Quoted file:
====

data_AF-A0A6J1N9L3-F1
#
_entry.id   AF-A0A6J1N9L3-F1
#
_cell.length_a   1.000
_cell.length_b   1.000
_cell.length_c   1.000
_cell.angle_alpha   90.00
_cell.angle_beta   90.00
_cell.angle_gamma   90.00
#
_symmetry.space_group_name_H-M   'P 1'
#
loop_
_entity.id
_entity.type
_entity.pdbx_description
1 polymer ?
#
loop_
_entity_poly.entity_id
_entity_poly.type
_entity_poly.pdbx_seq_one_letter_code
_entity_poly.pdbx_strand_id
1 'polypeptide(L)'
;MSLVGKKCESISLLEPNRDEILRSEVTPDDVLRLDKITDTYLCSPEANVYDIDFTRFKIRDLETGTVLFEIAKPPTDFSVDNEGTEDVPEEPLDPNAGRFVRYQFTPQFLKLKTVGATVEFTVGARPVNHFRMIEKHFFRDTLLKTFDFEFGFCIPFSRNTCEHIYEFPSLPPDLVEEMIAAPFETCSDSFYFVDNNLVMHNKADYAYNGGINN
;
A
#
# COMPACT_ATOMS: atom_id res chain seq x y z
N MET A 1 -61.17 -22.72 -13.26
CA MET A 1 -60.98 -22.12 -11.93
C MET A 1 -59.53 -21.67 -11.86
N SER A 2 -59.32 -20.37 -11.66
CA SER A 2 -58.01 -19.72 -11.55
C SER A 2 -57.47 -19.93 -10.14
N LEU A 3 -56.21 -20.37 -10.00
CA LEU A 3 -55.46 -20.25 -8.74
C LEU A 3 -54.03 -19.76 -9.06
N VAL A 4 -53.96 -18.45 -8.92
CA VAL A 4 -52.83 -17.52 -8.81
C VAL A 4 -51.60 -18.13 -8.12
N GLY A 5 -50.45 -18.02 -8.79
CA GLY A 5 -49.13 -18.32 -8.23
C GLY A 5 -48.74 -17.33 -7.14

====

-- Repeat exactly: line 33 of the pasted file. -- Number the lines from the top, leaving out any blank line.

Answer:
C MET A 1 -59.53 -21.67 -11.86